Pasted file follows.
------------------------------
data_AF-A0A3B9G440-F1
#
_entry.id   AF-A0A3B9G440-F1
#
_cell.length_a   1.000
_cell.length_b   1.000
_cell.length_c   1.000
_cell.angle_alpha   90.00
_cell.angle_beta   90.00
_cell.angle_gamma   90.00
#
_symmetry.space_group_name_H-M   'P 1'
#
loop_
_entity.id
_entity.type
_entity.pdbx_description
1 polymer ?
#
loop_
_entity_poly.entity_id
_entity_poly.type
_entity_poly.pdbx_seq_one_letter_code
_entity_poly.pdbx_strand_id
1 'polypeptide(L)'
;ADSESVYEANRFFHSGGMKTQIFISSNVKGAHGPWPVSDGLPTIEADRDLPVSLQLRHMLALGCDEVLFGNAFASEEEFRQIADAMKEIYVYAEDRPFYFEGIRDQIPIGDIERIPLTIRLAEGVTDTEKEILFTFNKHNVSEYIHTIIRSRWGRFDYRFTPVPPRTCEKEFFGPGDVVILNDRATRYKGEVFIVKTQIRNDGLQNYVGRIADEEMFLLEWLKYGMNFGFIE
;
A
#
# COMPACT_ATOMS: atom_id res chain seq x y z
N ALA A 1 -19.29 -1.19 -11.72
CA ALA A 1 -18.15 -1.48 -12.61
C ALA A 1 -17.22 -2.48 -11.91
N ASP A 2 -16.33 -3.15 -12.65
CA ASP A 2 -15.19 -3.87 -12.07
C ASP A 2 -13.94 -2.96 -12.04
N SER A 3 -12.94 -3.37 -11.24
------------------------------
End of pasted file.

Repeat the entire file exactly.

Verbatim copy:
data_AF-A0A3B9G440-F1
#
_entry.id   AF-A0A3B9G440-F1
#
_cell.length_a   1.000
_cell.length_b   1.000
_cell.length_c   1.000
_cell.angle_alpha   90.00
_cell.angle_beta   90.00
_cell.angle_gamma   90.00
#
_symmetry.space_group_name_H-M   'P 1'
#
loop_
_entity.id
_entity.type
_entity.pdbx_description
1 polymer ?
#
loop_
_entity_poly.entity_id
_entity_poly.type
_entity_poly.pdbx_seq_one_letter_code
_entity_poly.pdbx_strand_id
1 'polypeptide(L)'
;ADSESVYEANRFFHSGGMKTQIFISSNVKGAHGPWPVSDGLPTIEADRDLPVSLQLRHMLALGCDEVLFGNAFASEEEFRQIADAMKEIYVYAEDRPFYFEGIRDQIPIGDIERIPLTIRLAEGVTDTEKEILFTFNKHNVSEYIHTIIRSRWGRFDYRFTPVPPRTCEKEFFGPGDVVILNDRATRYKGEVFIVKTQIRNDGLQNYVGRIADEEMFLLEWLKYGMNFGFIE
;
A
#
# COMPACT_ATOMS: atom_id res chain seq x y z
N ALA A 1 -19.29 -1.19 -11.72
CA ALA A 1 -18.15 -1.48 -12.61
C ALA A 1 -17.22 -2.48 -11.91
N ASP A 2 -16.33 -3.15 -12.65
CA ASP A 2 -15.19 -3.87 -12.07
C ASP A 2 -13.94 -2.96 -12.04
N SER A 3 -12.94 -3.37 -11.24